As producers in the UK struggle to make the most of the delayed implementation of the Waste Electrical and Electronic Equipment Directive, their counterparts in mainland Europe are also still looking for answers when it comes to efficient take-back.
In Germany an estimated 1.1 million tonnes of waste equipment is disposed of each year. Under the Electronic Equipment Act passed in February, consumers can now take their old phones, computers, TVs and fridges to municipal collection points.
The equipment producers must provide local authorities with containers in which the collected waste equipment is then taken for disposal by the producers. How the collection is organised is left up to the local authorities, which can designate collection points and provide additional collections. How these bring-back and collection systems are combined, and how many collection points are to be set up, depends on local conditions and population density.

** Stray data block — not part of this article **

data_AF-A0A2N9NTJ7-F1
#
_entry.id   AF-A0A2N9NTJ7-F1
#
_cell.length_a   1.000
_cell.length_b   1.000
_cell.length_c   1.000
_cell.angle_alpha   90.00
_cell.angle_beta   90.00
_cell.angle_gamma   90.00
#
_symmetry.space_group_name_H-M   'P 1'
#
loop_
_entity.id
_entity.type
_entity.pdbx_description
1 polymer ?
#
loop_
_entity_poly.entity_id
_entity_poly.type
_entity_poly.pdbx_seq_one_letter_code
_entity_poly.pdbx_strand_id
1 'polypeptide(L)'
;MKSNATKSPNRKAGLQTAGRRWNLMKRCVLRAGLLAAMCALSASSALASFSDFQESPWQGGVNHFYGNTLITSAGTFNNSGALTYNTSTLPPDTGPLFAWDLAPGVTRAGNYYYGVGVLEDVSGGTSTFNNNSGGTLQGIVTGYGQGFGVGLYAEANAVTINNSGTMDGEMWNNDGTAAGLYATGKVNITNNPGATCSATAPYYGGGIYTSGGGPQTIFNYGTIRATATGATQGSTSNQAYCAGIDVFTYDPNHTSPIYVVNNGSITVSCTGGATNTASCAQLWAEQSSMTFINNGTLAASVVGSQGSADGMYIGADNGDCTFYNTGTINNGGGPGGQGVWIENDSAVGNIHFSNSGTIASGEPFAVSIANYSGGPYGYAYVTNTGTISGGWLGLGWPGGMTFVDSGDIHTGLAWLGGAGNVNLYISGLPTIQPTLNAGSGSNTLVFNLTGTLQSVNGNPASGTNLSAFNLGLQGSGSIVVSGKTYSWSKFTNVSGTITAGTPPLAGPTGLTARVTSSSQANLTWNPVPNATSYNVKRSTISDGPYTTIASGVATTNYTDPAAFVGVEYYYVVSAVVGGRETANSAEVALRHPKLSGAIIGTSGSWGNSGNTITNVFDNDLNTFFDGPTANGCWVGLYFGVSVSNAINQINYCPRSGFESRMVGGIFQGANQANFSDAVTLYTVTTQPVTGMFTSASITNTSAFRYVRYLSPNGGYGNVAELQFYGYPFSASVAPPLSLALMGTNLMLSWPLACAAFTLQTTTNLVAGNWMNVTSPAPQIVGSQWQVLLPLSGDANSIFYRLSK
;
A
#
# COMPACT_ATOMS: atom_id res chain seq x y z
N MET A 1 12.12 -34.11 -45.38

In the setting up of collection points, the municipalities are expected to make extensive use of private waste disposal companies.
Despite this clear process, there are still concerns from manufacturers over the interface of these facilities with consumers and future product design.
Speaking at April's IFAT, Dr Mario Muller, of electronics manufacturer Philips, said the issue of small devices may become problematic because it is difficult to recover materials that are broken.
"New logistic recycling paths must be observed and these may cost even more," he said. "From a manufacturer's point of view, we are still on the road to solving this problem."
According to Dr Muller, integration is key to efficient take-back: "Many groups of vendors are getting together to find solutions, but vendors and local authorities must co-operate and define standard containers."